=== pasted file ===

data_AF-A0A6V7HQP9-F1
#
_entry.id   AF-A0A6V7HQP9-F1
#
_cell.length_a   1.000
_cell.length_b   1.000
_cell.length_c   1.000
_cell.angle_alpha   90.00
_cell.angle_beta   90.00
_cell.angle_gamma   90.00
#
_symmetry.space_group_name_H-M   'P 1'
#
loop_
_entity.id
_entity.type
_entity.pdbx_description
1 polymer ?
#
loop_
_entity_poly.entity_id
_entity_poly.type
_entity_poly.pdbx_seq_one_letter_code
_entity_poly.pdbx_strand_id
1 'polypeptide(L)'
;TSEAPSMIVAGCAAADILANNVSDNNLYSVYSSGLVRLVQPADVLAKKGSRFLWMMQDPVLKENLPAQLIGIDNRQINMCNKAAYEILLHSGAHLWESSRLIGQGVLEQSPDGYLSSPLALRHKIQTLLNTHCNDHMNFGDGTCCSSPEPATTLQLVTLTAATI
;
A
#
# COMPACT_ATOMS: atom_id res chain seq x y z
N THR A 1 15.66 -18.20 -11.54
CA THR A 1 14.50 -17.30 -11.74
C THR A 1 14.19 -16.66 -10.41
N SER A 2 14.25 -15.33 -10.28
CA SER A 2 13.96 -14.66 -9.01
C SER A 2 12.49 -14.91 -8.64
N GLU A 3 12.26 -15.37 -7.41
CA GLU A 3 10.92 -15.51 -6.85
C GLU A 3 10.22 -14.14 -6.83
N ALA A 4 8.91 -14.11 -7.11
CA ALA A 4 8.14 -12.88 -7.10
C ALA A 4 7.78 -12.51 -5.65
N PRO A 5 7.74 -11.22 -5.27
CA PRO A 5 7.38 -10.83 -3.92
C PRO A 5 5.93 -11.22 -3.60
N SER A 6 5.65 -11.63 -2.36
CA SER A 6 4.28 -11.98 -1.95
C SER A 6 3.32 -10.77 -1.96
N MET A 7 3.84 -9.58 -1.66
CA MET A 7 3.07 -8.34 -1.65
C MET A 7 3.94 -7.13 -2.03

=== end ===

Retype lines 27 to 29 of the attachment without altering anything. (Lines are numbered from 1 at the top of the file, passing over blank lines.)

;
A
#